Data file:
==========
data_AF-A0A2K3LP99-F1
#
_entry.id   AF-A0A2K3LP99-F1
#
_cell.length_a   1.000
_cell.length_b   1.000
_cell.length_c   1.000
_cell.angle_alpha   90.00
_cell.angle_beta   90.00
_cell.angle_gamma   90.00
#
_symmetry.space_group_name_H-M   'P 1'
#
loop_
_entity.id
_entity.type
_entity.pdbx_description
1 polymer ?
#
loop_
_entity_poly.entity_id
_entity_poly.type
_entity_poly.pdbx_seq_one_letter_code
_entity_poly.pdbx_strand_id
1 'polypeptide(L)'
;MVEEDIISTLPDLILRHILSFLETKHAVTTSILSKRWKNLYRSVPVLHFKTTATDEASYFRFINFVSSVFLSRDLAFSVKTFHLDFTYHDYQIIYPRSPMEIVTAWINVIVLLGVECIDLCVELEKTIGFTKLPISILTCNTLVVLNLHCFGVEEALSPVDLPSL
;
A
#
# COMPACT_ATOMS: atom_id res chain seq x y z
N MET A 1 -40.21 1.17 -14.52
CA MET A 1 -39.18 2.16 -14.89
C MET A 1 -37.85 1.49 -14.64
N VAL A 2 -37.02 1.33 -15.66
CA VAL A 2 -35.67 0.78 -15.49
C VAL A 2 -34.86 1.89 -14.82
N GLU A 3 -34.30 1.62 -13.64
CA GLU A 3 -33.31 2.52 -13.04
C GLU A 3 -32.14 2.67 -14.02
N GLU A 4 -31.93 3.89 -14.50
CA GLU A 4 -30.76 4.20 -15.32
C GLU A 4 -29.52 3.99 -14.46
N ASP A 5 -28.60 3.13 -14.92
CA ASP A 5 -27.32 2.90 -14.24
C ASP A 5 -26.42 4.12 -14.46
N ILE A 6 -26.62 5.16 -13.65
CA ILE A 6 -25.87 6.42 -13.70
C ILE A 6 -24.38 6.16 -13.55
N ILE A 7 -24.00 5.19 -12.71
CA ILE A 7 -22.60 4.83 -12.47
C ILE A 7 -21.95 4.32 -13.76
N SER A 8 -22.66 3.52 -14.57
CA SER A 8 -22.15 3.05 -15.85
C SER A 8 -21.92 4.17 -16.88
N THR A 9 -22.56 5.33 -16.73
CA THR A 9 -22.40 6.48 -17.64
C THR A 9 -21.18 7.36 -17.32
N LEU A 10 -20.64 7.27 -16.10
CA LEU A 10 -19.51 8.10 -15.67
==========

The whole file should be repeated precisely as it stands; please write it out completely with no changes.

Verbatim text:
data_AF-A0A2K3LP99-F1
#
_entry.id   AF-A0A2K3LP99-F1
#
_cell.length_a   1.000
_cell.length_b   1.000
_cell.length_c   1.000
_cell.angle_alpha   90.00
_cell.angle_beta   90.00
_cell.angle_gamma   90.00
#
_symmetry.space_group_name_H-M   'P 1'
#
loop_
_entity.id
_entity.type
_entity.pdbx_description
1 polymer ?
#
loop_
_entity_poly.entity_id
_entity_poly.type
_entity_poly.pdbx_seq_one_letter_code
_entity_poly.pdbx_strand_id
1 'polypeptide(L)'
;MVEEDIISTLPDLILRHILSFLETKHAVTTSILSKRWKNLYRSVPVLHFKTTATDEASYFRFINFVSSVFLSRDLAFSVKTFHLDFTYHDYQIIYPRSPMEIVTAWINVIVLLGVECIDLCVELEKTIGFTKLPISILTCNTLVVLNLHCFGVEEALSPVDLPSL
;
A
#
# COMPACT_ATOMS: atom_id res chain seq x y z
N MET A 1 -40.21 1.17 -14.52
CA MET A 1 -39.18 2.16 -14.89
C MET A 1 -37.85 1.49 -14.64
N VAL A 2 -37.02 1.33 -15.66
CA VAL A 2 -35.67 0.78 -15.49
C VAL A 2 -34.86 1.89 -14.82
N GLU A 3 -34.30 1.62 -13.64
CA GLU A 3 -33.31 2.52 -13.04
C GLU A 3 -32.14 2.67 -14.02
N GLU A 4 -31.93 3.89 -14.50
CA GLU A 4 -30.76 4.20 -15.32
C GLU A 4 -29.52 3.99 -14.46
N ASP A 5 -28.60 3.13 -14.92
CA ASP A 5 -27.32 2.90 -14.24
C ASP A 5 -26.42 4.12 -14.46
N ILE A 6 -26.62 5.16 -13.65
CA ILE A 6 -25.87 6.42 -13.70
C ILE A 6 -24.38 6.16 -13.55
N ILE A 7 -24.00 5.19 -12.71
CA ILE A 7 -22.60 4.83 -12.47
C ILE A 7 -21.95 4.32 -13.76
N SER A 8 -22.66 3.52 -14.57
CA SER A 8 -22.15 3.05 -15.85
C SER A 8 -21.92 4.17 -16.88
N THR A 9 -22.56 5.33 -16.73
CA THR A 9 -22.40 6.48 -17.64
C THR A 9 -21.18 7.36 -17.32
N LEU A 10 -20.64 7.27 -16.10
CA LEU A 10 -19.51 8.10 -15.67